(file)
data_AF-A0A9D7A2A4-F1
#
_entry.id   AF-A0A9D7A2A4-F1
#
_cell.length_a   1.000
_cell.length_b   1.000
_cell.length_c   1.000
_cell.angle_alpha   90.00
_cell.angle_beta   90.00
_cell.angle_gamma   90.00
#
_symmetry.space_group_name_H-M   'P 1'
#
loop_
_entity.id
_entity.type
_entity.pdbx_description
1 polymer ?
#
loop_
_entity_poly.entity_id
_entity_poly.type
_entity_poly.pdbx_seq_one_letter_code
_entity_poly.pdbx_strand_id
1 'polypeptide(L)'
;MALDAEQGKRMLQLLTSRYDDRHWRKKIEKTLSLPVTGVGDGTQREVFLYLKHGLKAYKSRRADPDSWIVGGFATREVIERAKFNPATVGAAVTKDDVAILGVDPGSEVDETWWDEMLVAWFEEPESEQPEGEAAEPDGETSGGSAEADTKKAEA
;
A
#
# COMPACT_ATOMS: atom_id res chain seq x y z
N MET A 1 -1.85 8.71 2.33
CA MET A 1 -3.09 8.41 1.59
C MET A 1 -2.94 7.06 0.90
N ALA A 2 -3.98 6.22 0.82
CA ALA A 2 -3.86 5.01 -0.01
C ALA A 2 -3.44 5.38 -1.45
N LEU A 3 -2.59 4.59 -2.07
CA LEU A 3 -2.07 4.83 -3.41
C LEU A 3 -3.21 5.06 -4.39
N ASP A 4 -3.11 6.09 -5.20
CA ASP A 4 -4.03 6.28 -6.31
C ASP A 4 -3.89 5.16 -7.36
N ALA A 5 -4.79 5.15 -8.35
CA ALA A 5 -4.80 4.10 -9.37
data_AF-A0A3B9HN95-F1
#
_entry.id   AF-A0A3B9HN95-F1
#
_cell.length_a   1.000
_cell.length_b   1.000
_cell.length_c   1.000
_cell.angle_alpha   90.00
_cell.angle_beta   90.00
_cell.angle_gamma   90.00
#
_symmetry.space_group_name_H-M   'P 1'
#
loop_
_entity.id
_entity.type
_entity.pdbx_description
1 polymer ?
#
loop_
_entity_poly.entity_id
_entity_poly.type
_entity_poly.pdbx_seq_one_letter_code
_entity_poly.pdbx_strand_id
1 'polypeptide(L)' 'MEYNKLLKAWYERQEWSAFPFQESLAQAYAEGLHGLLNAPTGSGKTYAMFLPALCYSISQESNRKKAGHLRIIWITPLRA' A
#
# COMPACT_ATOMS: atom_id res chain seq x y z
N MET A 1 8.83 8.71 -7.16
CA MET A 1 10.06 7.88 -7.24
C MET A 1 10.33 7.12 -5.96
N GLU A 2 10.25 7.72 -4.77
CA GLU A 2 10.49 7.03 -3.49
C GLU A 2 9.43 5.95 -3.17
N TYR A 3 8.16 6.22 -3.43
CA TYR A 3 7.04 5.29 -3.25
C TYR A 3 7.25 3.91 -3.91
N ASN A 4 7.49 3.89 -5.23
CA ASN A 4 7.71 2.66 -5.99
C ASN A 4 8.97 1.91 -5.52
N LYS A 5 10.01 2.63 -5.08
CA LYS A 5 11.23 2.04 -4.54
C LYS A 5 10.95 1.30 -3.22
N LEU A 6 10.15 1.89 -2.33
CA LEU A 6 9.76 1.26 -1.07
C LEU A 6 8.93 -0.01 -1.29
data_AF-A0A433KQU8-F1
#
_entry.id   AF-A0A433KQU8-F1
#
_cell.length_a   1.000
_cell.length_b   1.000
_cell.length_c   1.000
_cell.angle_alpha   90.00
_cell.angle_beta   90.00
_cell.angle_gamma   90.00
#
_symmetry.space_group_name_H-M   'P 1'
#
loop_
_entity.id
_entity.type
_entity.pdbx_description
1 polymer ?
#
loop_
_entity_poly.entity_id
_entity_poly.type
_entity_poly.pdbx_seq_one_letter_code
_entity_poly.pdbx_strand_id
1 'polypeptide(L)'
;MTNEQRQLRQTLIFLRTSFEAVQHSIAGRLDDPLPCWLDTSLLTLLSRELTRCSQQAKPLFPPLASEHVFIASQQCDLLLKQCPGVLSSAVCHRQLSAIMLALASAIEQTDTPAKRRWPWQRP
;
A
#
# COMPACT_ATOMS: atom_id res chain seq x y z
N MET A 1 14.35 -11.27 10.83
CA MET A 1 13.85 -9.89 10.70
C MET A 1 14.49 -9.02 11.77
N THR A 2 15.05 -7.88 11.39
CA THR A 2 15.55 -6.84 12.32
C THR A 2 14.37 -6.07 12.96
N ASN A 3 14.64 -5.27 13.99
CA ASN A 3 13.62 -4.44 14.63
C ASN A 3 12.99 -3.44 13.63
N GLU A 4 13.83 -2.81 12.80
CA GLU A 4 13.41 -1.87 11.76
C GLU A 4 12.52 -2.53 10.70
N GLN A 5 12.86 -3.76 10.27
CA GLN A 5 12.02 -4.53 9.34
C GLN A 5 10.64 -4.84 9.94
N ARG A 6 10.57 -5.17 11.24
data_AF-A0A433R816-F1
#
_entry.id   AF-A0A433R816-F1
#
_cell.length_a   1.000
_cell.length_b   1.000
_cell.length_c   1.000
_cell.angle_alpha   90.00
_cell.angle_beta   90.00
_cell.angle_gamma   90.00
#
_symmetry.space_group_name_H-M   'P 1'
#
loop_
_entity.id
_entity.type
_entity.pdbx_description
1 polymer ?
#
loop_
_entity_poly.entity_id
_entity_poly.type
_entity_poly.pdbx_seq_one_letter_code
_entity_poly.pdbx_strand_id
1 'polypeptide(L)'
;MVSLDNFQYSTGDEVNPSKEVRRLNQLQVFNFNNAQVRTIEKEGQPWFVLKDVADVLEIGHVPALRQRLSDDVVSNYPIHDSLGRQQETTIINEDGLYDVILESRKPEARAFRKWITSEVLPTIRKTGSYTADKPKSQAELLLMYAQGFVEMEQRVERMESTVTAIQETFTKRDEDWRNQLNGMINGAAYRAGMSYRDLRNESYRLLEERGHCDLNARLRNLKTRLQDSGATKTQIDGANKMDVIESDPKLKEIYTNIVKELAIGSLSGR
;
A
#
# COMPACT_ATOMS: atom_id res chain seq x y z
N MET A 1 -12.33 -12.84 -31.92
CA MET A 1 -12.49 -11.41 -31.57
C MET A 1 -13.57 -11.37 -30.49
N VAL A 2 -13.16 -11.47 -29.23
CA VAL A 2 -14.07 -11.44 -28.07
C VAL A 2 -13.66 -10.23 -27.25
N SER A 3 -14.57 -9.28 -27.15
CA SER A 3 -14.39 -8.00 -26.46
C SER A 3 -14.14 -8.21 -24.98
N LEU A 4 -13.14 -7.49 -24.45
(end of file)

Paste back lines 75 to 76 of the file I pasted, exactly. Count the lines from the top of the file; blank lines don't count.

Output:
N GLU A 2 10.25 7.72 -4.77
CA GLU A 2 10.49 7.03 -3.49